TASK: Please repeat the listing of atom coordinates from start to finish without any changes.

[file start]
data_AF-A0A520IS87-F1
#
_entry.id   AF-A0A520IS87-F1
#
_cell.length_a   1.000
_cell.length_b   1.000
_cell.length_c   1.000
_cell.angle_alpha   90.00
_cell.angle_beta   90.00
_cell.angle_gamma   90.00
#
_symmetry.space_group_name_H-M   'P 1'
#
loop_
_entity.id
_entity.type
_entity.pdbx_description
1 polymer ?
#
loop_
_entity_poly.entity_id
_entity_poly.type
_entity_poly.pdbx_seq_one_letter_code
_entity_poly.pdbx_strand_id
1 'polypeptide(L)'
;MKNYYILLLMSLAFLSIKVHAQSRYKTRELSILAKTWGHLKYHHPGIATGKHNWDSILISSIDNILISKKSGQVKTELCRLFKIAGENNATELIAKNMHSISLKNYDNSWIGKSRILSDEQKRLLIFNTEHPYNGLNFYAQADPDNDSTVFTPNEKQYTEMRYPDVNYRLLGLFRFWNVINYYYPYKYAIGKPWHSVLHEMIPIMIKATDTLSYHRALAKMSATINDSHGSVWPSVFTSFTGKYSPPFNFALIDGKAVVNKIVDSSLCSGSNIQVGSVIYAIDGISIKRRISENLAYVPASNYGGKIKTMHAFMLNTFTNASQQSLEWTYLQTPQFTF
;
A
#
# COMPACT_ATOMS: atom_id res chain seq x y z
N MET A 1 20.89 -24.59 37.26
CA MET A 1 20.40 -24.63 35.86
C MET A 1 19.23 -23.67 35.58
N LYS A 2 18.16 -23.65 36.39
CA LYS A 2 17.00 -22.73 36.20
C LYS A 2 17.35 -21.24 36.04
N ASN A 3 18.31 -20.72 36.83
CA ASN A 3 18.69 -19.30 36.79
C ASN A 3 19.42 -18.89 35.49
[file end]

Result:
data_AF-A0A520IS87-F1
#
_entry.id   AF-A0A520IS87-F1
#
_cell.length_a   1.000
_cell.length_b   1.000
_cell.length_c   1.000
_cell.angle_alpha   90.00
_cell.angle_beta   90.00
_cell.angle_gamma   90.00
#
_symmetry.space_group_name_H-M   'P 1'
#
loop_
_entity.id
_entity.type
_entity.pdbx_description
1 polymer ?
#
loop_
_entity_poly.entity_id
_entity_poly.type
_entity_poly.pdbx_seq_one_letter_code
_entity_poly.pdbx_strand_id
1 'polypeptide(L)'
;MKNYYILLLMSLAFLSIKVHAQSRYKTRELSILAKTWGHLKYHHPGIATGKHNWDSILISSIDNILISKKSGQVKTELCRLFKIAGENNATELIAKNMHSISLKNYDNSWIGKSRILSDEQKRLLIFNTEHPYNGLNFYAQADPDNDSTVFTPNEKQYTEMRYPDVNYRLLGLFRFWNVINYYYPYKYAIGKPWHSVLHEMIPIMIKATDTLSYHRALAKMSATINDSHGSVWPSVFTSFTGKYSPPFNFALIDGKAVVNKIVDSSLCSGSNIQVGSVIYAIDGISIKRRISENLAYVPASNYGGKIKTMHAFMLNTFTNASQQSLEWTYLQTPQFTF
;
A
#
# COMPACT_ATOMS: atom_id res chain seq x y z
N MET A 1 20.89 -24.59 37.26
CA MET A 1 20.40 -24.63 35.86
C MET A 1 19.23 -23.67 35.58
N LYS A 2 18.16 -23.65 36.39
CA LYS A 2 17.00 -22.73 36.20
C LYS A 2 17.35 -21.24 36.04
N ASN A 3 18.31 -20.72 36.83
CA ASN A 3 18.69 -19.30 36.79
C ASN A 3 19.42 -18.89 35.49